Acalculous cholecystitis after aortic reconstruction

R. T. Hagino, R. J. Valentine, G. P. Clagett

Research output: Contribution to journalArticlepeer-review

27 Scopus citations


BACKGROUND: Acute acalculous cholecystitis is rare in patients undergoing aortic surgery; but, this condition is associated with a high mortality rate. With their comorbid medical problems, patients undergoing aortic reconstruction may have a higher mortality associated with acute acalculous cholecystitis. STUDY DESIGN: By retrospectively reviewing patient charts, we studied the prevalence, demographics, details of antecedant aortic procedures, hospital course, and outcome of patients with acute acalculous cholecystitis after aortic surgery. RESULTS: In the past 10 years, 7 of the 996 patients who underwent aortic reconstruction at our institution developed postoperative acute acalculous cholecystitis. These patients were all nondiabetic men with a mean age of 66±4 years (range, 50 to 76 years). Previous aortic operations included four infrarenal aneurysmorrhaphies (three elective, one urgent for a ruptured aneurysm), two aortofemoral bypasses for occlusive disease, and a removal of an infected aortic prosthesis. Six patients had prolonged intraoperative hypotension and increased blood transfusion requirements. All patients had postoperative multiorgan dysfunction. The patients developed fever, leukocytosis, elevated liver function test levels, and other signs and symptoms of acute acalculous cholecystitis a mean of 32 days (range, 9 to 90 days) after operation. Preoperative diagnosis was made in five patients based on clinical examination, laboratory test results, and adjunctive noninvasive test results. Two patients required laparotomy to make the diagnosis of acute acalculous cholecystitis. Five patients underwent cholecystectomy, and two had placement of cholecystostomy tubes. Gangrene or perforation was evident in most. Overall mortality was 71 percent. CONCLUSIONS: Acute acalculous cholecystitis is the most common postoperative biliary complication after aortic surgery. The diagnosis should be entertained in patients with signs of abdominal sepsis after aortic surgery, especially those with a complicated postoperative course. Even if acute acalculous cholecystitis is diagnosed before exploration, mortality remains high.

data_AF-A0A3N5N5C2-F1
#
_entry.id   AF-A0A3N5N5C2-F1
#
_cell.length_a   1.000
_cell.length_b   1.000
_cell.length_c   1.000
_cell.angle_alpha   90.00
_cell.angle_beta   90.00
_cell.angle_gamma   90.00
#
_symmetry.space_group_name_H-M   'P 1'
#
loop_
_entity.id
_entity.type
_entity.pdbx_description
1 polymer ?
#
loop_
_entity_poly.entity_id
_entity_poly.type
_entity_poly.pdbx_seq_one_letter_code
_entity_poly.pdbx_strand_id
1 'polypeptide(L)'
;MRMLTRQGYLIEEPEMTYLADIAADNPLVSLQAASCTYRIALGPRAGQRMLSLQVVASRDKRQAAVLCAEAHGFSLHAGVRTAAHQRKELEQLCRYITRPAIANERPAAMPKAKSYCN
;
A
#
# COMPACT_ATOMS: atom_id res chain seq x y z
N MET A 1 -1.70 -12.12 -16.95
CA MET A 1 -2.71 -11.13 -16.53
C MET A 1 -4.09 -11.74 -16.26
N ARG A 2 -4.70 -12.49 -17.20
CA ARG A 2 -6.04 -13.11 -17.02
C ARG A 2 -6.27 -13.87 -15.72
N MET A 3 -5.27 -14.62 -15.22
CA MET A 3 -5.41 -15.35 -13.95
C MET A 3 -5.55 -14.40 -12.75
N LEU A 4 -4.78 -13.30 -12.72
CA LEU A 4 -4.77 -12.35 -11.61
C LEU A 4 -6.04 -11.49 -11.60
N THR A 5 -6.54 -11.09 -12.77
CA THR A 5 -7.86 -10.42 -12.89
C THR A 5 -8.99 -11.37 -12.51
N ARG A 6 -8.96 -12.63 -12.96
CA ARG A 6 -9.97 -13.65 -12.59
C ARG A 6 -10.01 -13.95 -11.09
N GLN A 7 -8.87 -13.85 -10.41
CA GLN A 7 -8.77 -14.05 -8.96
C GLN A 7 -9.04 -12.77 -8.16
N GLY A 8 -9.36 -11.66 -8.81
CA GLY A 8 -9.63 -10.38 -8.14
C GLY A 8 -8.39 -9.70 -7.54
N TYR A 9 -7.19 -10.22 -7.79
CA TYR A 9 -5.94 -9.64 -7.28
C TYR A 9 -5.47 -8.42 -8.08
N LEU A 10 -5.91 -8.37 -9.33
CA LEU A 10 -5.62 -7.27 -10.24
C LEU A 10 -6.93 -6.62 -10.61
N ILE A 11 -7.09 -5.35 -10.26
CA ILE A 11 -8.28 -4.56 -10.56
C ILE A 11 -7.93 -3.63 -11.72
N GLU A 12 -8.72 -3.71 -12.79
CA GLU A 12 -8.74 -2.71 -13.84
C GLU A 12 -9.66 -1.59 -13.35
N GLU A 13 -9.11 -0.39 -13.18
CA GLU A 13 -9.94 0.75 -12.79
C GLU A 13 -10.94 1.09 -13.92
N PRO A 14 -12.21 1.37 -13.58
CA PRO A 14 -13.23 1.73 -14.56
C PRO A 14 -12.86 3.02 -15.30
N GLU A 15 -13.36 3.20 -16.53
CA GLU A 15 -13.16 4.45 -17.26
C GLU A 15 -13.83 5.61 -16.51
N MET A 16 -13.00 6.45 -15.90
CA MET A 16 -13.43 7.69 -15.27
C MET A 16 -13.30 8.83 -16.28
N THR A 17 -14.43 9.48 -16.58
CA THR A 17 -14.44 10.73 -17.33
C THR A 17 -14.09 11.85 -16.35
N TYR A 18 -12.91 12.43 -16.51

Original languageEnglish (US)
Pages (from-to)245-248
Number of pages4
JournalJournal of the American College of Surgeons
Issue number3
StatePublished - Mar 22 1997
Externally publishedYes


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